13 March 2023

The SII Anti-Doping Monitor – week ended 10 March 2023

Sixteen athletes from seven countries, competing in nine sports, were involved in anti-doping proceedings that came to light during the week ending 10 March. Cases involved sanctions issued to five Jiu Jitsu athletes following tests at the International Brazilian Jiu Jitsu Federation (IBJJF) World No-Gi Championship; two tennis players who were successful in reducing sanctions after successful appeals to the Court of Arbitration for Sport (CAS); and a third sanction issued to a Rugby League player for what appears to be an ongoing cocaine abuse problem.

The International Brazilian Jiu Jitsu Federation (IBJJF) is not a signatory to the World Anti-Doping Code, but contracted the US Anti-Doping Agency (USADA) to conduct testing in relation to the tournament. Four athletes tested positive for similar substances (exogenous Testosterone, 19-Norandosterone, and Drostanolone), and one athlete was sanctioned for refusing a test.

Mariano Tammaro was initially sanctioned with a two year ban after a Sport Resolutions Tribunal accepted that the 18 year old’s adverse analytical finding (AAF – or ‘positive test’) for Clostebol was caused by Trofodermin spray applied to treat an injury. Following a successful appeal to the CAS, his ban was reduced to 15 months and ended on 30 February this year, rather than on 30 November. 

Stéphane Houdet wasn’t quite as successful but by reducing his ban by a month, the three time Paralympic Gold medalist is eligible to compete again. The 52 year old was initially sanctioned with a 15 month ban for three missed tests which expired on 27 March 2023. Following a 38 page assessment of whether he was at fault for not updating his whereabouts while at a ranger station in Costa Rica and whether he was able to hear his flat’s intercom, the CAS reduced his ban to 14 months, ending on 2 March.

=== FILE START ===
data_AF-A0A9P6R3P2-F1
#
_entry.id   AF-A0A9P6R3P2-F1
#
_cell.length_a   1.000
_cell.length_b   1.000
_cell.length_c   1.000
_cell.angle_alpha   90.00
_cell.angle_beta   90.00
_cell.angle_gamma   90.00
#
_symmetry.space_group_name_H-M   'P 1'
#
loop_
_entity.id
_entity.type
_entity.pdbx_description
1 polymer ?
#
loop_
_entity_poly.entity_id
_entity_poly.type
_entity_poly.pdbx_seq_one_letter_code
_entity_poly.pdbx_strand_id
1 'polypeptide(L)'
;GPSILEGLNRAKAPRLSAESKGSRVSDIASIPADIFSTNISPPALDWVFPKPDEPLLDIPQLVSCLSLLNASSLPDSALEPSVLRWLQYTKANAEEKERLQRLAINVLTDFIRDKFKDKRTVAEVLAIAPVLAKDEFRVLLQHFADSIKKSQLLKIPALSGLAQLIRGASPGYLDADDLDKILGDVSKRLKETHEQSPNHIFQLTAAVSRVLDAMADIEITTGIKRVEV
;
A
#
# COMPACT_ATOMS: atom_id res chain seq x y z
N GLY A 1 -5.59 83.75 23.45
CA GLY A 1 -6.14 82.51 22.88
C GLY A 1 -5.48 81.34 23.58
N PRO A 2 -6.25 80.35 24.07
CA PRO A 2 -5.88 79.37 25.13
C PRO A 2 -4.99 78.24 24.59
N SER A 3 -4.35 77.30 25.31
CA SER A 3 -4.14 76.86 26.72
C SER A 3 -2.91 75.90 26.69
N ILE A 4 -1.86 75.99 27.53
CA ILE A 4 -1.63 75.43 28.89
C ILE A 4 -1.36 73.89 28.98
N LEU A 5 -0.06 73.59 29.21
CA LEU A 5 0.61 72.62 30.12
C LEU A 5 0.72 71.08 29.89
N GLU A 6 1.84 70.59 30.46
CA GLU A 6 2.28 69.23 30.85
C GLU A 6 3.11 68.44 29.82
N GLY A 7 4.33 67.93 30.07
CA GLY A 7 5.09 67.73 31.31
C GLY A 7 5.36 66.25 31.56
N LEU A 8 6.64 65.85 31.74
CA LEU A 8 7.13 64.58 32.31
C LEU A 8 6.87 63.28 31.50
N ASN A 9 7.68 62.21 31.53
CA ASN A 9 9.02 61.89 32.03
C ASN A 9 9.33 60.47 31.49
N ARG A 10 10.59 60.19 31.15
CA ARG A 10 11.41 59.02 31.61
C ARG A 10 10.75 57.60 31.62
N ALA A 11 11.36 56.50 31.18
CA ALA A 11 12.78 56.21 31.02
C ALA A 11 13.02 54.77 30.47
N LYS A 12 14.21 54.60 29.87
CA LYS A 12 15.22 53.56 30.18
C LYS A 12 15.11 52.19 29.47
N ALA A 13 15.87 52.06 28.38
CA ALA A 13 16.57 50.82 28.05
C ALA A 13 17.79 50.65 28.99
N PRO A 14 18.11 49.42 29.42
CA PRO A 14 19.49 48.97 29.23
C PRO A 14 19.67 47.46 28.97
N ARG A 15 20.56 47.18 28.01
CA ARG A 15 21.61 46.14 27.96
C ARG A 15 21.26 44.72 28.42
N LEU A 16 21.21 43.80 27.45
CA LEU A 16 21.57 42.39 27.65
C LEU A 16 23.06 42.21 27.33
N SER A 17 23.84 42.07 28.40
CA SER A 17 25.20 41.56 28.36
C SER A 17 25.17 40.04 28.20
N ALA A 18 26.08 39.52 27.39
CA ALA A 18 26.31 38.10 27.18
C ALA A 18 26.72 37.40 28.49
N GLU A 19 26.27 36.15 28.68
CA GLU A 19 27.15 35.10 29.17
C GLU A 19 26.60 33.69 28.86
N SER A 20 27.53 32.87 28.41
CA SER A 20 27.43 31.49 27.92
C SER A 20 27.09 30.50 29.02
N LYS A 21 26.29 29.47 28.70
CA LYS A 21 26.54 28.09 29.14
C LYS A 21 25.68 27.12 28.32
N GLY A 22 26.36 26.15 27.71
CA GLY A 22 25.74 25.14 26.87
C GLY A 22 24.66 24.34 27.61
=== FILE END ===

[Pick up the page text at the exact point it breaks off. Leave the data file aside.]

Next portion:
A three month sanction issued to Rochdale Hornets player Rangi Chase called into question the effectiveness of treatment policies for athletes using recreational drugs. The New Zealand Maori Rugby League player was initially sanctioned with a two year ban in 2017, following an AAF for Cocaine while playing for Widnes Vikings.

In February last year, UK Anti-Doping (UKAD) sanctioned Chase with a further one month ban following a second AAF for Cocaine. That sanction was reduced from three months after Chase became the first UK-based athlete to complete a five day residential substance of abuse programme. 

Please continue to send any cases we may have missed or suggestions through to the editor by clicking here. Also, if you’re an athlete, national anti-doping organisation (NADO) or other Results Management Authority and you’d like us to cover a case that you’re involved with, please get in touch! Also – a reminder. The SII Anti-Doping Monitor only features confirmed AAFs (‘positive tests’) or confirmed anti-doping rule violations (ADRVs).

Decision links

Dinos Mitoglou (FIBA List of sanctioned athletes);

Yoahnn Marin (AFLD Decision);

Maxime Péault (AFLD Decision);

Seyed Mojtaba Shojaei (Iran NADO Statement);

Abolfazl Jumapour (Iran NADO Statement);

Taleb Arabpour (Iran NADO Statement);

Vadim Vrublevsky (RusAF Statement);

Rangi Chase (UKAD Statement – previous UKAD Statements have been deleted from UKAD’s site);

Kirill Nedosekov (RusAF Statement);

Mariano Tammaro (ITF Statement on CAS appeal, CAS Decision; original ITF Statement, original Sport Resolutions Decision);

Stephane Houdet (ITF Statement on CAS appeal, CAS Decision; original ITF Statement, original Sport Resolutions Decision);


Igor Nascimento da Costa Feliz, Jonnatas Gracie Araujo da Silva, Roberto de Abreu Filho, José Henrique Cardoso, Vagner S. Rocha (USADA Statement)

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